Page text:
Wayne Carl Nicolaison, Appellant, v. William Erickson, Dr., Appellee, 65 F.3d 109 (8th Cir. 1995)

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US Court of Appeals for the Eighth Circuit - 65 F.3d 109 (8th Cir. 1995) Submitted May 16, 1995. Decided Sept. 7, 1995

Virginia G. Vila, Minneapolis, MN, argued, for appellant.

Gayle C. Hendley, Minneapolis, MN, argued (Michael O. Freeman, Hennepin County Attorney, on the brief), for appellee.

Before RICHARD S. ARNOLD, Chief Judge, JOHN R. GIBSON, Senior Circuit Judge, and FAGG, Circuit Judge.

FAGG, Circuit Judge.


Wayne Carl Nicolaison seeks habeas relief from his civil commitment under Minnesota's sexual predator ("psychopathic personality") statutes, Minn.Stat. Secs. 526.09-.10 (1990) (repealed 1994). We affirm the district court's denial of Nicolaison's habeas petition.

After Nicolaison entered a woman's residence and sexually assaulted her at knifepoint in 1980, he pleaded guilty to a sexual offense in Minnesota state court and was imprisoned. A few weeks after his release on parole, Nicolaison grabbed a woman on the street in an apparent attempt to assault her and his parole was revoked. Ten weeks after his next parole, Nicolaison followed a woman off a bus, abducted her at knifepoint, took her to a wooded area, cut off part of her clothing with the knife, threatened to kill her, and sexually assaulted her. Nicolaison also pleaded guilty to a Minnesota sexual offense for this assault. While imprisoned, Nicolaison was disciplined several times for sexually harassing female prison staff. He also imagined an intimate romantic relationship with a married female prison guard. Three years after the guard left her prison job, Nicolaison sent her several letters professing his love and threatening her, in disregard of orders not to contact her. As Nicolaison's release from prison approached, the State sought to commit Nicolaison to a mental institution under Minn.Stat. Secs. 526.09-.10. A Minnesota state court committed Nicolaison, the Minnesota Court of Appeals affirmed the commitment, and the Minnesota Supreme Court denied review. Nicolaison then brought this federal habeas action asserting his commitment violates substantive due process.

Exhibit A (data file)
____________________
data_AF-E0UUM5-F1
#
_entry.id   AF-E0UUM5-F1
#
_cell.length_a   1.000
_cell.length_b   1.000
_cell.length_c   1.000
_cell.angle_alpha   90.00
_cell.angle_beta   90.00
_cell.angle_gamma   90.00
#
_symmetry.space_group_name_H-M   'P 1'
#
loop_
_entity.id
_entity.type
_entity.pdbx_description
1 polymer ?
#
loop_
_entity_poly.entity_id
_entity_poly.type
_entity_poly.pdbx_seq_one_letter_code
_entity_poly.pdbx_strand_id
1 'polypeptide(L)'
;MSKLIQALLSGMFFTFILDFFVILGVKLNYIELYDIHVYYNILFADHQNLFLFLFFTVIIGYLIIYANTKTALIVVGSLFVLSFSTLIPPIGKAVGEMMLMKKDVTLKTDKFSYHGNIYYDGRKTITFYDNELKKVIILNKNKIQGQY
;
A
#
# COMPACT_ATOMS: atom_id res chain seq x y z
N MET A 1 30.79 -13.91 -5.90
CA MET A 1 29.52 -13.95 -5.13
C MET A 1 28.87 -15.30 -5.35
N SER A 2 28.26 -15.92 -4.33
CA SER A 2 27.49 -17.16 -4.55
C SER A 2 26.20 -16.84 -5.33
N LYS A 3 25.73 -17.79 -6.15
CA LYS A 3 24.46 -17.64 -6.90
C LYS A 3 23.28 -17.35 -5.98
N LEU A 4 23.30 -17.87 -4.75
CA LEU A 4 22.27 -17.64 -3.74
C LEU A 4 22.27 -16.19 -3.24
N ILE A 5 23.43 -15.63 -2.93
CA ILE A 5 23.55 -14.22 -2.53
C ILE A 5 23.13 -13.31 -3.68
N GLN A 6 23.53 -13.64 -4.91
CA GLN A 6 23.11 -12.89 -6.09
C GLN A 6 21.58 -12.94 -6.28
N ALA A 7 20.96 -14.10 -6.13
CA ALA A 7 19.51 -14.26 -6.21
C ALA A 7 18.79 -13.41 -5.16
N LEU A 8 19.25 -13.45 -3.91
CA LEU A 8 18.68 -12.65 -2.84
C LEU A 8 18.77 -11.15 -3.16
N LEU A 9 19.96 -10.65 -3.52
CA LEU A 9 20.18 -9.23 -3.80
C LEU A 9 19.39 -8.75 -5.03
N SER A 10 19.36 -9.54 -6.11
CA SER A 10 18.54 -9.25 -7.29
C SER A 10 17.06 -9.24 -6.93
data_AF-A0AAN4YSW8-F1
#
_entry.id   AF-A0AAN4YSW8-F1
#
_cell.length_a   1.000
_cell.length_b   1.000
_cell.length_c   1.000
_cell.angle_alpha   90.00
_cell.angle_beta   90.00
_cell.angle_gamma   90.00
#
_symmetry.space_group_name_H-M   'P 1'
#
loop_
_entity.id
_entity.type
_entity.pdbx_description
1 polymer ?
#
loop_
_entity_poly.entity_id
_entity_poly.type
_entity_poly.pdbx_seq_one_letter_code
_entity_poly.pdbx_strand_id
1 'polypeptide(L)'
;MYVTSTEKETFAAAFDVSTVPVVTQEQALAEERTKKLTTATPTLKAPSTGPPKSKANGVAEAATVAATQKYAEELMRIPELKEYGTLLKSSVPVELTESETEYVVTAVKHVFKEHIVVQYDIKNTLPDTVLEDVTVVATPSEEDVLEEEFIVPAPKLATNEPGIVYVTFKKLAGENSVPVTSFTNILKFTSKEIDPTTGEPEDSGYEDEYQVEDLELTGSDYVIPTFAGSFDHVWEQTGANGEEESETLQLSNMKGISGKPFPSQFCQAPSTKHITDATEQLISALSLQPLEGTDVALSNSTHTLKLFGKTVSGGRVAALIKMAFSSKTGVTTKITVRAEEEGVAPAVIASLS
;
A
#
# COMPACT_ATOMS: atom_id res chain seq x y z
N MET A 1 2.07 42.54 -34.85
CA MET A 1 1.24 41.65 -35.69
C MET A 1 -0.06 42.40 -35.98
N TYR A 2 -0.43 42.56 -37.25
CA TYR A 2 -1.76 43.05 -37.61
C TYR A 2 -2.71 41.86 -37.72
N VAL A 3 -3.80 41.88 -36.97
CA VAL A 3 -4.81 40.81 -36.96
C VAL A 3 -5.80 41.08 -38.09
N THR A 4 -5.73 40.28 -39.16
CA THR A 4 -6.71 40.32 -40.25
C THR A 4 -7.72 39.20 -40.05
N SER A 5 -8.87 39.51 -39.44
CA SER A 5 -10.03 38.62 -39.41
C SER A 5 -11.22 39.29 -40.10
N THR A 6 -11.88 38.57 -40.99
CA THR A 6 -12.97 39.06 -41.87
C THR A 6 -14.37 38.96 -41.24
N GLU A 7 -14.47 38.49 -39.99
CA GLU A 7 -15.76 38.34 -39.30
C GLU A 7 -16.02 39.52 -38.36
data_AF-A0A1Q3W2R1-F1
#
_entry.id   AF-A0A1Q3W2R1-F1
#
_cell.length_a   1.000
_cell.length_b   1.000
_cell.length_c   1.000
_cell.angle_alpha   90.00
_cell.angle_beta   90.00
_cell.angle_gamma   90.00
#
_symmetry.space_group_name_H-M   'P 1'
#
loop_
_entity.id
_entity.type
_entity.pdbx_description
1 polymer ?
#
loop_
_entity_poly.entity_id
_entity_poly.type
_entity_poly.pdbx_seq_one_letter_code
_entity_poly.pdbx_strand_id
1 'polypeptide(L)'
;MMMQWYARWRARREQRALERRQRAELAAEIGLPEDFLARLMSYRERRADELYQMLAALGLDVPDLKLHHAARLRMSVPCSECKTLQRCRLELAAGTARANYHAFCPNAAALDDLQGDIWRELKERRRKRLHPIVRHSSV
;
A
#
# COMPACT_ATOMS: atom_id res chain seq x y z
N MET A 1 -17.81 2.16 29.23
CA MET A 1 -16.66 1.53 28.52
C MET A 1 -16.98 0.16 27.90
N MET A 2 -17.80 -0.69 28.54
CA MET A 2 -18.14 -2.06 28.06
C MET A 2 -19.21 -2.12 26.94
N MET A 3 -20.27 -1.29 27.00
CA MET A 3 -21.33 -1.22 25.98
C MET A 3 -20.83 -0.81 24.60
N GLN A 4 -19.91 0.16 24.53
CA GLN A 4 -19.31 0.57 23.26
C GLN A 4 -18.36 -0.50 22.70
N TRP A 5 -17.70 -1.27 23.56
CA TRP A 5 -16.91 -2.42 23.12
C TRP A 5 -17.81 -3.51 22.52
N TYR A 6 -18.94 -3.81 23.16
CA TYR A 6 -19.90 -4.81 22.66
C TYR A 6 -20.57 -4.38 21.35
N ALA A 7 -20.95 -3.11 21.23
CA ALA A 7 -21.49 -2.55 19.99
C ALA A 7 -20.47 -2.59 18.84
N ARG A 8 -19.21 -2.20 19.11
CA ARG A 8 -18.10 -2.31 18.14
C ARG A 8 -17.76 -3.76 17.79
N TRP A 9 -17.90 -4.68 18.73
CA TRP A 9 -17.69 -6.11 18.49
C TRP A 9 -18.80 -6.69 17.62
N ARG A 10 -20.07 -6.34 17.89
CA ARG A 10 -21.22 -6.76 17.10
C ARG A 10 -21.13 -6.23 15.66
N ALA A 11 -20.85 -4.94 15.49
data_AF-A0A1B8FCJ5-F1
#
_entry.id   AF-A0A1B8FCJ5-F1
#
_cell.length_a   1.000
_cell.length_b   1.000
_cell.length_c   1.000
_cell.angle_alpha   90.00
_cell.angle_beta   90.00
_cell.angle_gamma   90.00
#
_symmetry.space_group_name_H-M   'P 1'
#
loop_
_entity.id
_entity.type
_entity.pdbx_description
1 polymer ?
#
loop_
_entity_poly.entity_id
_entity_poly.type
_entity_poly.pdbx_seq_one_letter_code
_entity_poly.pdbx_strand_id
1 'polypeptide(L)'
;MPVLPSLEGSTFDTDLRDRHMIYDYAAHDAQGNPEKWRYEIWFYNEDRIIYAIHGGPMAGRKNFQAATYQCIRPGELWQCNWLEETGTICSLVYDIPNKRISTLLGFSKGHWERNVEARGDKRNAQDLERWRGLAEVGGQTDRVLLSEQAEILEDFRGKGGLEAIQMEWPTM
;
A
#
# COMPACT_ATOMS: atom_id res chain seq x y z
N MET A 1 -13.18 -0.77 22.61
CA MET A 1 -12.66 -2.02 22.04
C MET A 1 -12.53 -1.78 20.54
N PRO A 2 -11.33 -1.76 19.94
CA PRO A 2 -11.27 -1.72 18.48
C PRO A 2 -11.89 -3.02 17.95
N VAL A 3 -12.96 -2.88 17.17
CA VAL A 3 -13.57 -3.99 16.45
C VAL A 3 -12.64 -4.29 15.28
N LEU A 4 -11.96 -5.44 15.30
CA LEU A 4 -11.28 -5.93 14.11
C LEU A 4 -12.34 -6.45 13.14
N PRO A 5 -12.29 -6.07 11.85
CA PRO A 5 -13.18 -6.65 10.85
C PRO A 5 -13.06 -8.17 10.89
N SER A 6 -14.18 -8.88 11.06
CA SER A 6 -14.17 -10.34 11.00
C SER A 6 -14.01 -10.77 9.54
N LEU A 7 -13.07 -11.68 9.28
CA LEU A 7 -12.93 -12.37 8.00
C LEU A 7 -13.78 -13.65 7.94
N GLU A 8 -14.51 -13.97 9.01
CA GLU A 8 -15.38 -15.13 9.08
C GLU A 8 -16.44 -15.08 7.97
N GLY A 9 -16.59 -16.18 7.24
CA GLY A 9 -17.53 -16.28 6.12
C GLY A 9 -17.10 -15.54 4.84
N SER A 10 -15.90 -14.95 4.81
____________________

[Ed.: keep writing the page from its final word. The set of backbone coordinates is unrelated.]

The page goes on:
Section 526.10 of the Minnesota Statutes provides for the civil commitment of any person found to be a psychopathic personality. Section 526.09 defines "psychopathic personality" as "the existence in any person of such conditions of emotional instability, or impulsiveness of behavior, or lack of customary standards of good judgment, or failure to appreciate the consequences of [personal] acts, or a combination of any such conditions, as to render such persons irresponsible for [personal] conduct with respect to sexual matters and thereby dangerous to other persons." Soon after the statutes' enactment, the Minnesota Supreme Court narrowly construed the statutes as only applying to persons who display: (1) a "habitual course of misconduct in sexual matters" and (2) "an utter lack of power to control their sexual impulses" so that (3) the persons will likely "attack or otherwise inflict injury, loss, pain or other evil on the objects of their uncontrolled and uncontrollable desire." State ex rel. Pearson v. Probate Court of Ramsey County, 205 Minn. 545, 287 N.W. 297, 302 (1939), aff'd, 309 U.S. 270, 60 S. Ct. 523, 84 L. Ed. 744 (1940); see In re Linehan, 518 N.W.2d 609, 613 (Minn.1994) (en banc) (explaining three Pearson requirements).